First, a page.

- "Najib posts RM1 million bail, remaining RM2.5 million by next week". Free Malaysia Today. 21 September 2018. Archived from the original on 16 October 2018. Retrieved 21 September 2018.
- "Najib posts first portion of RM3.5 mil bail". The Edge Markets. 21 September 2018. Archived from the original on 21 September 2018. Retrieved 21 September 2018.
- Anand, Ram (28 July 2020). "Ex-Malaysian PM Najib gets 12 years' jail in 1MDB-linked graft trial". The Straits Times. Archived from the original on 28 July 2020. Retrieved 28 July 2020.
- "Former Malaysian Prime Minister Najib Razak found guilty of all seven charges related to 1MDB scandal". CNBC. 28 July 2020. Archived from the original on 28 July 2020. Retrieved 28 July 2020.
- "Despite SRC conviction, Najib avoids jail for now after High Court grants stay of execution pending appeal". Malay Mail. 28 July 2020. Archived from the original on 28 July 2020. Retrieved 28 July 2020.
- "Malaysia's ex-PM Najib starts appeal over 1MDB conviction". CNA. 5 April 2021. Retrieved 5 April 2021.
- "SEMAKAN PENERIMA DARJAH KEBESARAN, BINTANG DAN PINGAT". Prime Minister's Department (Malaysia). Archived from the original on 19 July 2019. Retrieved 25 October 2018.
- "Najib heads Malacca awards". The Star. 13 October 2007. Archived from the original on 24 September 2018. Retrieved 25 October 2018.
- "Negeri ruler strips Najib, Rosmah of Datuk Seri titles". Bernama. Malaysiakini. 26 October 2018. Retrieved 26 October 2018.
- "Sultan of Pahang's birthday honours list 2010". The Star. 27 October 2010. Archived from the original on 25 October 2018. Retrieved 25 October 2018.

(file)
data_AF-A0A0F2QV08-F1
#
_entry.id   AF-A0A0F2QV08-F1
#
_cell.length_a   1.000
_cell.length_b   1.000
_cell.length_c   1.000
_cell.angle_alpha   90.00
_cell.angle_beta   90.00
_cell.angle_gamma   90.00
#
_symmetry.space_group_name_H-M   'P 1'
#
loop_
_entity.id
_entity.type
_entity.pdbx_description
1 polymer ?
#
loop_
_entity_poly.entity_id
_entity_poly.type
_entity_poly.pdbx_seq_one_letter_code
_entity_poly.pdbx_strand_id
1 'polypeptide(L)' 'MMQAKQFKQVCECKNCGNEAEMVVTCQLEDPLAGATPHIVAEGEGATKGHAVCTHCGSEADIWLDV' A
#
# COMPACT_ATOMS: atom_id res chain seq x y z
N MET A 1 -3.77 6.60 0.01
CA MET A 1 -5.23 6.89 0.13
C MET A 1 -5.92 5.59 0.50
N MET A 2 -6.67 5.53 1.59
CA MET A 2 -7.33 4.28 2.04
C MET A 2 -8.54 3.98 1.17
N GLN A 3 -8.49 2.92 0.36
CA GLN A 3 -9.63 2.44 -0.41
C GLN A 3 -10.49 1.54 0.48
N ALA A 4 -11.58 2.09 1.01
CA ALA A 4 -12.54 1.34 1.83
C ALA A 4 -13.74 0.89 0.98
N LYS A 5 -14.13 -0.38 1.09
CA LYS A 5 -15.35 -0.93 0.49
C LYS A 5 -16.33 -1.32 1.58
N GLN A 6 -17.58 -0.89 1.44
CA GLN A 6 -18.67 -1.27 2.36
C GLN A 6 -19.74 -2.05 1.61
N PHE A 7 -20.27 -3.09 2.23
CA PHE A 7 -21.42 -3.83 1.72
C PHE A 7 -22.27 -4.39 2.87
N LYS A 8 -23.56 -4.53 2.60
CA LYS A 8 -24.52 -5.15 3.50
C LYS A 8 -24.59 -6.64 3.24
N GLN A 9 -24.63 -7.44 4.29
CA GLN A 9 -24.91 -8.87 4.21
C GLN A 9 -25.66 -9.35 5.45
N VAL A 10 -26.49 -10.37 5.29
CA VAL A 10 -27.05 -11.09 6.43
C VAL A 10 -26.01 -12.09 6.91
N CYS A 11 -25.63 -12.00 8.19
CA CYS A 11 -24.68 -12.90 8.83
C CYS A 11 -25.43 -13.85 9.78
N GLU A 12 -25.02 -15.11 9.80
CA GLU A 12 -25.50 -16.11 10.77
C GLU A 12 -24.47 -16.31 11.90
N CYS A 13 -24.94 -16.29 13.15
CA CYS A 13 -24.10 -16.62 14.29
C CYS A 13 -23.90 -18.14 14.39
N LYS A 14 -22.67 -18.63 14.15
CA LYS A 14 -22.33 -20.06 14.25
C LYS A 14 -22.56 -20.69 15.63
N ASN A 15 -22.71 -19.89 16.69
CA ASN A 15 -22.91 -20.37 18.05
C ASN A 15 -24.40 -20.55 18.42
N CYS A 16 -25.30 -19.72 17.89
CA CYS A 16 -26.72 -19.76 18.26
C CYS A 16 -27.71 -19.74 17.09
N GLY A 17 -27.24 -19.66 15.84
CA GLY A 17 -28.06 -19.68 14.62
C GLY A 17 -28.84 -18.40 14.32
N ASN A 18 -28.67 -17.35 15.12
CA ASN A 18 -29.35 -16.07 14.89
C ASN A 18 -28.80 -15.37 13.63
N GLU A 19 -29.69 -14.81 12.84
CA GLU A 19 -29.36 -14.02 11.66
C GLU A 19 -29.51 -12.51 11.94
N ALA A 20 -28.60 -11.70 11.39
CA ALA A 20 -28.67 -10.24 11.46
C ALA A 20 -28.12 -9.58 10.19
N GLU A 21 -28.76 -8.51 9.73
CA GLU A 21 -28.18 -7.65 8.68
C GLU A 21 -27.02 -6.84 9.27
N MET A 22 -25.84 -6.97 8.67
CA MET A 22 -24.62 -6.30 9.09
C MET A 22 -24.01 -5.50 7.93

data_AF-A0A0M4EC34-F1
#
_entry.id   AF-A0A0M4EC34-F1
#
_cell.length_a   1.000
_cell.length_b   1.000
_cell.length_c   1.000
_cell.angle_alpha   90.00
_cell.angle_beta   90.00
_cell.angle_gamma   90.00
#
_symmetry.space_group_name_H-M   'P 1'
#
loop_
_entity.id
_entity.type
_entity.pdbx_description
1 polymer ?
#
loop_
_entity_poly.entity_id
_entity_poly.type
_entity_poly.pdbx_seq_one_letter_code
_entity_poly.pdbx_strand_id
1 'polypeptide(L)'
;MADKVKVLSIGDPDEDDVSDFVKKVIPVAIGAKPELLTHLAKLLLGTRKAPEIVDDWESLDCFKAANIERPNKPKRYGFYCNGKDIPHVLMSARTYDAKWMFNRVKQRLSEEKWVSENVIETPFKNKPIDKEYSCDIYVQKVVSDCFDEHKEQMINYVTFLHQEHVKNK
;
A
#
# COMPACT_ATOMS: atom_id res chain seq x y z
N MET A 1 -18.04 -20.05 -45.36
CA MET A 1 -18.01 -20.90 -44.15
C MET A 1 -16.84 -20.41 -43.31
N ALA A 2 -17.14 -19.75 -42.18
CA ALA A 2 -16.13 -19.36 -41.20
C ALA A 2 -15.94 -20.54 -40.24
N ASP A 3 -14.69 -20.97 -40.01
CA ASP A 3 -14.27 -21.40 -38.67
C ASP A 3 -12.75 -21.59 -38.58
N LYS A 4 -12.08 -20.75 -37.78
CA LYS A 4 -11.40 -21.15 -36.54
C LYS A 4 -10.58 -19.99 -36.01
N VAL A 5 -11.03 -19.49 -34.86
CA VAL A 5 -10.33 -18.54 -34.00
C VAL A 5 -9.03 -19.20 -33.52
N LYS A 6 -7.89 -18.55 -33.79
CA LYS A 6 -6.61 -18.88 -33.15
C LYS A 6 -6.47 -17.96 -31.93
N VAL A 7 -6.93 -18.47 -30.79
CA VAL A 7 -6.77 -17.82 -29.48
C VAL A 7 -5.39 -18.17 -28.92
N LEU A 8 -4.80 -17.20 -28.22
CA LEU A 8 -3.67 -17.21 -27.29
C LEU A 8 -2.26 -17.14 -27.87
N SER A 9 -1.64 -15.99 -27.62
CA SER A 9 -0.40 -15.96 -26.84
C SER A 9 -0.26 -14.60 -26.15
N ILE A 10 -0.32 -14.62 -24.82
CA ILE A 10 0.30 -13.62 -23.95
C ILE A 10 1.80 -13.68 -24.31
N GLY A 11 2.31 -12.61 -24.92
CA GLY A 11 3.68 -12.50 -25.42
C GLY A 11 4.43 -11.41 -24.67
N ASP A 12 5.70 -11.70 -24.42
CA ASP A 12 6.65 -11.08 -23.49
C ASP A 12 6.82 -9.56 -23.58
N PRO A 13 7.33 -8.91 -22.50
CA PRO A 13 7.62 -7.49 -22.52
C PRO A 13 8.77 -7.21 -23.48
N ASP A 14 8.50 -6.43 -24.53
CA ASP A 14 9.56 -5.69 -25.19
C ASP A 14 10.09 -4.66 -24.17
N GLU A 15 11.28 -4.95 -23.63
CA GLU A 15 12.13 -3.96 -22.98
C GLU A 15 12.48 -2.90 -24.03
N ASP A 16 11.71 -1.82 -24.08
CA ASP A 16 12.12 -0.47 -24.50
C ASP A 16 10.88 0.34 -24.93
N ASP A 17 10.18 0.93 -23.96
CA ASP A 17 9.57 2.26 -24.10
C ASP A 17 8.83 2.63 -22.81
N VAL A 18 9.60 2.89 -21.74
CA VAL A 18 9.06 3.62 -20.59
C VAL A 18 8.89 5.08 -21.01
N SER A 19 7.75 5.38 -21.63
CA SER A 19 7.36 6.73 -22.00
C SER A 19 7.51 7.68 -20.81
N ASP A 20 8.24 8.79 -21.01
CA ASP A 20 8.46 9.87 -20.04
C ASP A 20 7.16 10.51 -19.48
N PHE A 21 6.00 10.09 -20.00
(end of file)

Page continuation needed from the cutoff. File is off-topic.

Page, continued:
- "Najib receives award from Penang Governor". The Star. 13 October 2009. Retrieved 25 October 2018.
- "Sultan of Perak's birthday honours list". The Star. 20 April 2004. Archived from the original on 12 October 2018. Retrieved 25 October 2018.
- "Sarawak Honours List 2008". The Star. 5 November 2008. Archived from the original on 25 October 2018. Retrieved 25 October 2018.
- "Selangor ruler suspends titles bestowed on Najib, Rosmah pending court cases". Malaysiakini. 10 May 2019. Archived from the original on 10 May 2019. Retrieved 10 May 2019.
- "Najib dahului 126 penerima darjah, bintang". Utusan Malaysia (in Malay). 11 December 2004. Archived from the original on 25 October 2018. Retrieved 25 October 2018.
- "Najib set to receive Bahrain's highest award". The Star. 15 December 2017. Retrieved 15 January 2021.
- "Bahrain visit yields positive, meaningful results - Najib". New Starits Times. 17 December 2017. Retrieved 15 January 2021.
- "Najib to be conferred Brunei title". Bernama. The Star. 13 July 2010. Retrieved 25 October 2018.
- "Highest honour for PM". The Star. 18 January 2010. Retrieved 15 January 2021.
- "PM Najib receives Union Medal from UAE". Astro Awani. 18 May 2014. Retrieved 15 January 2021.
- "Najib dedicates honorary doctorate to his father". The Star (Malaysia). 20 April 2008. Retrieved 18 February 2021.
- "Monash University awards PM with honorary doctorate". AsiaOne. 5 March 2011. Retrieved 18 February 2021.
- "Najib conferred honorary doctorate by Meiji University". The Star (Malaysia). 20 April 2010. Retrieved 18 February 2021.
- "PM offers to help unite Fatah and Hamas". The Star (Malaysia). 22 January 2013. Retrieved 18 February 2021.
- "Honorary Graduates". University of Nottingham. Retrieved 18 February 2021.
- "Najib conferred honorary doctorate by Ohio University". The Star (Malaysia). 16 January 2013. Retrieved 18 February 2021.
|Wikimedia Commons has media related to Najib Tun Razak.|
|Wikiquote has quotations related to: Najib Razak|